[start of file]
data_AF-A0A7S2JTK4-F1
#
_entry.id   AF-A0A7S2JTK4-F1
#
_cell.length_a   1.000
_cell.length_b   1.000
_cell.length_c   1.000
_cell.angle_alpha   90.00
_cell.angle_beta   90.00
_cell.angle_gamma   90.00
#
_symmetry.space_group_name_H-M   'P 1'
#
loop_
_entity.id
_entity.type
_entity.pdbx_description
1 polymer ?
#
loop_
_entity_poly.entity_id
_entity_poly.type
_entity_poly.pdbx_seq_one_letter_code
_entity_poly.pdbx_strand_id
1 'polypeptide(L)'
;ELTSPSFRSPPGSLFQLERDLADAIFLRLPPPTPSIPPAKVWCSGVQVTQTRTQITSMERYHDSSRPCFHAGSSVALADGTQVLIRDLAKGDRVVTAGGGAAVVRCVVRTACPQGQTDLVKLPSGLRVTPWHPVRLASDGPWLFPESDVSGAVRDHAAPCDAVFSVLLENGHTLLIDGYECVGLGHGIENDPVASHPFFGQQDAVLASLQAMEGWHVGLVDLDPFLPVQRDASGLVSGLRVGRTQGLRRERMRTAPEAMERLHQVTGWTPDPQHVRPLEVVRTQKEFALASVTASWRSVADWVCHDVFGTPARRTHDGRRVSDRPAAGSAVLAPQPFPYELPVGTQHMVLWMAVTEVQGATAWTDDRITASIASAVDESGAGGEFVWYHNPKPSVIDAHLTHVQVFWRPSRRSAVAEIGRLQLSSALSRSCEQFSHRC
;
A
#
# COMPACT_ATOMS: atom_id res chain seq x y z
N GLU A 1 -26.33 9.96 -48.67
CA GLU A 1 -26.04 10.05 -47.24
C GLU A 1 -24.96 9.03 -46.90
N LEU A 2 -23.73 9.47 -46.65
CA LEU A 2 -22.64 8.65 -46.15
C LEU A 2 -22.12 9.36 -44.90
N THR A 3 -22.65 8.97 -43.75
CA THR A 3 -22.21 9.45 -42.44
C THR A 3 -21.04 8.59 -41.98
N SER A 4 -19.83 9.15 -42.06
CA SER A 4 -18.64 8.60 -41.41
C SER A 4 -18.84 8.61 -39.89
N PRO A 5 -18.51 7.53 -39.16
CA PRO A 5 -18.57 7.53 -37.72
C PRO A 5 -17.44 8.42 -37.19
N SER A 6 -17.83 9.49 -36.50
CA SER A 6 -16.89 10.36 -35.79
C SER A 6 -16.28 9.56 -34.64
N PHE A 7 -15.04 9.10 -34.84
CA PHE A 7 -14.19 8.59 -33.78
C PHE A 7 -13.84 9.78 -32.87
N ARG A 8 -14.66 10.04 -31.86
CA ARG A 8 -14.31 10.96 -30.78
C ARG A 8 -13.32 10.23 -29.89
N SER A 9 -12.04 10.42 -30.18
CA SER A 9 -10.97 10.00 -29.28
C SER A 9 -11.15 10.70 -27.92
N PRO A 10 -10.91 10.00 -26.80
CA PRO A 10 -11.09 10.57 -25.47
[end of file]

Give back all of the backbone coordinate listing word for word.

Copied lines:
data_AF-A0A7S2JTK4-F1
#
_entry.id   AF-A0A7S2JTK4-F1
#
_cell.length_a   1.000
_cell.length_b   1.000
_cell.length_c   1.000
_cell.angle_alpha   90.00
_cell.angle_beta   90.00
_cell.angle_gamma   90.00
#
_symmetry.space_group_name_H-M   'P 1'
#
loop_
_entity.id
_entity.type
_entity.pdbx_description
1 polymer ?
#
loop_
_entity_poly.entity_id
_entity_poly.type
_entity_poly.pdbx_seq_one_letter_code
_entity_poly.pdbx_strand_id
1 'polypeptide(L)'
;ELTSPSFRSPPGSLFQLERDLADAIFLRLPPPTPSIPPAKVWCSGVQVTQTRTQITSMERYHDSSRPCFHAGSSVALADGTQVLIRDLAKGDRVVTAGGGAAVVRCVVRTACPQGQTDLVKLPSGLRVTPWHPVRLASDGPWLFPESDVSGAVRDHAAPCDAVFSVLLENGHTLLIDGYECVGLGHGIENDPVASHPFFGQQDAVLASLQAMEGWHVGLVDLDPFLPVQRDASGLVSGLRVGRTQGLRRERMRTAPEAMERLHQVTGWTPDPQHVRPLEVVRTQKEFALASVTASWRSVADWVCHDVFGTPARRTHDGRRVSDRPAAGSAVLAPQPFPYELPVGTQHMVLWMAVTEVQGATAWTDDRITASIASAVDESGAGGEFVWYHNPKPSVIDAHLTHVQVFWRPSRRSAVAEIGRLQLSSALSRSCEQFSHRC
;
A
#
# COMPACT_ATOMS: atom_id res chain seq x y z
N GLU A 1 -26.33 9.96 -48.67
CA GLU A 1 -26.04 10.05 -47.24
C GLU A 1 -24.96 9.03 -46.90
N LEU A 2 -23.73 9.47 -46.65
CA LEU A 2 -22.64 8.65 -46.15
C LEU A 2 -22.12 9.36 -44.90
N THR A 3 -22.65 8.97 -43.75
CA THR A 3 -22.21 9.45 -42.44
C THR A 3 -21.04 8.59 -41.98
N SER A 4 -19.83 9.15 -42.06
CA SER A 4 -18.64 8.60 -41.41
C SER A 4 -18.84 8.61 -39.89
N PRO A 5 -18.51 7.53 -39.16
CA PRO A 5 -18.57 7.53 -37.72
C PRO A 5 -17.44 8.42 -37.19
N SER A 6 -17.83 9.49 -36.50
CA SER A 6 -16.89 10.36 -35.79
C SER A 6 -16.28 9.56 -34.64
N PHE A 7 -15.04 9.10 -34.84
CA PHE A 7 -14.19 8.59 -33.78
C PHE A 7 -13.84 9.78 -32.87
N ARG A 8 -14.66 10.04 -31.86
CA ARG A 8 -14.31 10.96 -30.78
C ARG A 8 -13.32 10.23 -29.89
N SER A 9 -12.04 10.42 -30.18
CA SER A 9 -10.97 10.00 -29.28
C SER A 9 -11.15 10.70 -27.92
N PRO A 10 -10.91 10.00 -26.80
CA PRO A 10 -11.09 10.57 -25.47